Whenever you don’t plug the RV into shore power, all its electricity will come from its onboard batteries. So, whatever you’re plugging into the outlets will have to compete for a limited amount of battery power.
So even though RV outlets work on batteries, they won’t work for too long with so many onboard appliances drawing electric current from the onboard batteries simultaneously.
What RV Appliances Run On The Direct Current (DC) Circuit?
Above, we saw how there are plenty of appliances and outlets that potentially draw power from an RV’s onboard batteries. But don’t forget, several devices on the DC circuit still rely on those batteries as well.
The DC circuit is primarily for appliances that don’t have a heavy amp draw, like:
- Water Pumps.
These kinds of appliances only work on DC power. Plus, their lower amp draw means that you can use them on batteries for days before running out of power.
Does An RV Have To Be Plugged In For The Outlets To Work?
Well, it depends on how you plan on using the outlets and what you’re going to plug into them.
The outlets will work perfectly even without plugging into shore power or a generator. That’s because DC power from the onboard batteries can be inverted to AC power and supplied to the outlets.
However, onboard battery power is a limited resource that must be shared across several appliances.
So, for example, using the outlets lightly for charging your phone or powering other electronic devices won’t be a problem. You’ll be able to use those outlets for a long time even though you haven’t plugged the RV into a power source.
However, things will be very different if you use the outlets for heavy-duty purposes like plugging in additional appliances that have a high amp-draw.
This point cannot be stressed enough: onboard battery power is limited, especially since you’re spreading it across multiple appliances. Plugging even more devices into the outlets will only drain those batteries faster. When that happens, none of the outlets will work at all.
So, when you don’t connect to shore power, the batteries will eventually need to be recharged from other DC power sources like:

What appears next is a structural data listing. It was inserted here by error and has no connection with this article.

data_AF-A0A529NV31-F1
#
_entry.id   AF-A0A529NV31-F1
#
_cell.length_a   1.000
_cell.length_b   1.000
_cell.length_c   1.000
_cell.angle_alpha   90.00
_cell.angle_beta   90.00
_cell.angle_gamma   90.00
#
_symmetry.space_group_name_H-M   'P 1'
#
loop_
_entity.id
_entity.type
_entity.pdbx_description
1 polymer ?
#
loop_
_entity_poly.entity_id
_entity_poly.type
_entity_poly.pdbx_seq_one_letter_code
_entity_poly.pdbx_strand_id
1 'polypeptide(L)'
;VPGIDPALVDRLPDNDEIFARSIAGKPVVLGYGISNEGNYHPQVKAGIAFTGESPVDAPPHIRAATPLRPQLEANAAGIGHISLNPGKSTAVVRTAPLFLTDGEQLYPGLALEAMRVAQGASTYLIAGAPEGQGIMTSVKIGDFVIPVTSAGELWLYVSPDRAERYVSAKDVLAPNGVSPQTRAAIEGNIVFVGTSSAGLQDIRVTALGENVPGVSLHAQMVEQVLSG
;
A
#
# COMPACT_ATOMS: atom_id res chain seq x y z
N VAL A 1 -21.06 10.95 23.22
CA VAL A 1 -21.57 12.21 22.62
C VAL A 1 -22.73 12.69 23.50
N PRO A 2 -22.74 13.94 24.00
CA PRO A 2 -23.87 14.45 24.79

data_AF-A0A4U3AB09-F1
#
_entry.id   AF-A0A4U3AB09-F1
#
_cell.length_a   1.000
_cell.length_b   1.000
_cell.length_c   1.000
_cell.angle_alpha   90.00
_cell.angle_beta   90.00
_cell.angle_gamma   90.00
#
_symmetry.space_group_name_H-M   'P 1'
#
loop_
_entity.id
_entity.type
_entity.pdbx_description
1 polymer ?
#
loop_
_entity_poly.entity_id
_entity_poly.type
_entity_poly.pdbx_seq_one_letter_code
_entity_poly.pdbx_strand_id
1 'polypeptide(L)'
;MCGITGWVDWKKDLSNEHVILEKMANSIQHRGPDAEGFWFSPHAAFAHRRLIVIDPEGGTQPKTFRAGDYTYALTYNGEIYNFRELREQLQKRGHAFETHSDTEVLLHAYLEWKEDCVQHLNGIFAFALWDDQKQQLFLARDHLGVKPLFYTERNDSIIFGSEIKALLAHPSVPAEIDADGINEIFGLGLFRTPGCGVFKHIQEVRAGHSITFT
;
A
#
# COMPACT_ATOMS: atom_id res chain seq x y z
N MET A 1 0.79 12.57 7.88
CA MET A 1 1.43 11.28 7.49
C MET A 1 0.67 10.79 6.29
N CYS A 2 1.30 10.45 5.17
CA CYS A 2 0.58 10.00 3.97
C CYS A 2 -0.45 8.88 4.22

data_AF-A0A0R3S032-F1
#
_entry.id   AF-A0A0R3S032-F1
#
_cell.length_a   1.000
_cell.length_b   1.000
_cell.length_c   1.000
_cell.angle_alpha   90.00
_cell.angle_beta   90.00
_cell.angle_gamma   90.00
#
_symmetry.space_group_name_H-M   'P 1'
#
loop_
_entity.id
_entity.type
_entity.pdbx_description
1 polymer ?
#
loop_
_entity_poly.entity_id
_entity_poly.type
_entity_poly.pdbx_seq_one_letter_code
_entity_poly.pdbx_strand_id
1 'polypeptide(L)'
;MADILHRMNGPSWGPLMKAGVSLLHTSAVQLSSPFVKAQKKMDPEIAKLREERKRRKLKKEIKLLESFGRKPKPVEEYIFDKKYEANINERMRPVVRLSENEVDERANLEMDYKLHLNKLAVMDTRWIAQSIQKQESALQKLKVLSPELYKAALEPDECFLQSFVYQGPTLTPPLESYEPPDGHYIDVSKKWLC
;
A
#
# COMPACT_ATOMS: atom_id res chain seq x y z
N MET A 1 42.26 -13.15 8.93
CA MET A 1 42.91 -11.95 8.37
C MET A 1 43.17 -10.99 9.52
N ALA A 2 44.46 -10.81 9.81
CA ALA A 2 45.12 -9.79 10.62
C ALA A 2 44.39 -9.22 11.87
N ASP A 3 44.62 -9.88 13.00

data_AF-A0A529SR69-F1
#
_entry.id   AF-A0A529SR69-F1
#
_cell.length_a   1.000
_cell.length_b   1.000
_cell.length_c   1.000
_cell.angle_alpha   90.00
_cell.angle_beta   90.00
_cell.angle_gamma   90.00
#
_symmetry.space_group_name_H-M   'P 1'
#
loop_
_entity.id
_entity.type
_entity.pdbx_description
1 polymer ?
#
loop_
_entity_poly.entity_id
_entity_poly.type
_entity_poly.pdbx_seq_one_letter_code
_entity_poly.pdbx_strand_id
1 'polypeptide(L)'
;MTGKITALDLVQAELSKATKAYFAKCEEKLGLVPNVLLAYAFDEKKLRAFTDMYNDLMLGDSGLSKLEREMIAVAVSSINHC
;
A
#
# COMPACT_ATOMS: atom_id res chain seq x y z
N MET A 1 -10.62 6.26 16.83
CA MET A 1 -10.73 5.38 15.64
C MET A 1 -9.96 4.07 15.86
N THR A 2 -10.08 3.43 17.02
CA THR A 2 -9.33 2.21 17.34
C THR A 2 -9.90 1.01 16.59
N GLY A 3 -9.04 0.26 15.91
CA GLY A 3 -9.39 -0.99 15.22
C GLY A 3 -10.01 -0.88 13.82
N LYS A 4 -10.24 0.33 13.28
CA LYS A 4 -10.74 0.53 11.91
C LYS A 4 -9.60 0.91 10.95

- Solar panels, which will recharge the batteries in the daytime when there’s sunlight.
- The RV’s engine, which will recharge the batteries when it’s turned on.
Why Are My RV Outlets Not Working On Battery Power?
Let’s suppose that all of your RV electrical system components are in good working order, yet the outlets still won’t work on battery power. What’s going on?
The most likely cause for this problem is a tripped GFCI outlet.
What’s A GFCI Outlet?
GFCI stands for ‘ground fault circuit interrupter’. It’s a special kind of outlet with protective features, and you’ll often find them in the wet areas of the RV like the kitchen and bathroom.
How An RV GFCI Outlet Works
When the GFCI outlet senses an electrical fault like a short circuit or power surge, it will shut off power to itself and any other outlets connected on the same circuit. That’s why the outlets stop working despite your battery having a full charge.
How To Fix The GFCI Outlet
GFCI outlets are designed to trip because of an electrical fault. So, there’s nothing wrong with the outlet. Once you reset it, all the outlets will work normally again.
To do that, find the GFCI outlet and press the reset button built into it.
Bottom Line: Should You Run RV Outlets On Battery Power?
There’s no problem with using RV outlets on battery power. However, if you have access to shore power or a generator, you should power your outlets with those first. That way, you can reserve your limited battery power for when you need to use it, like in emergencies or when boondocking.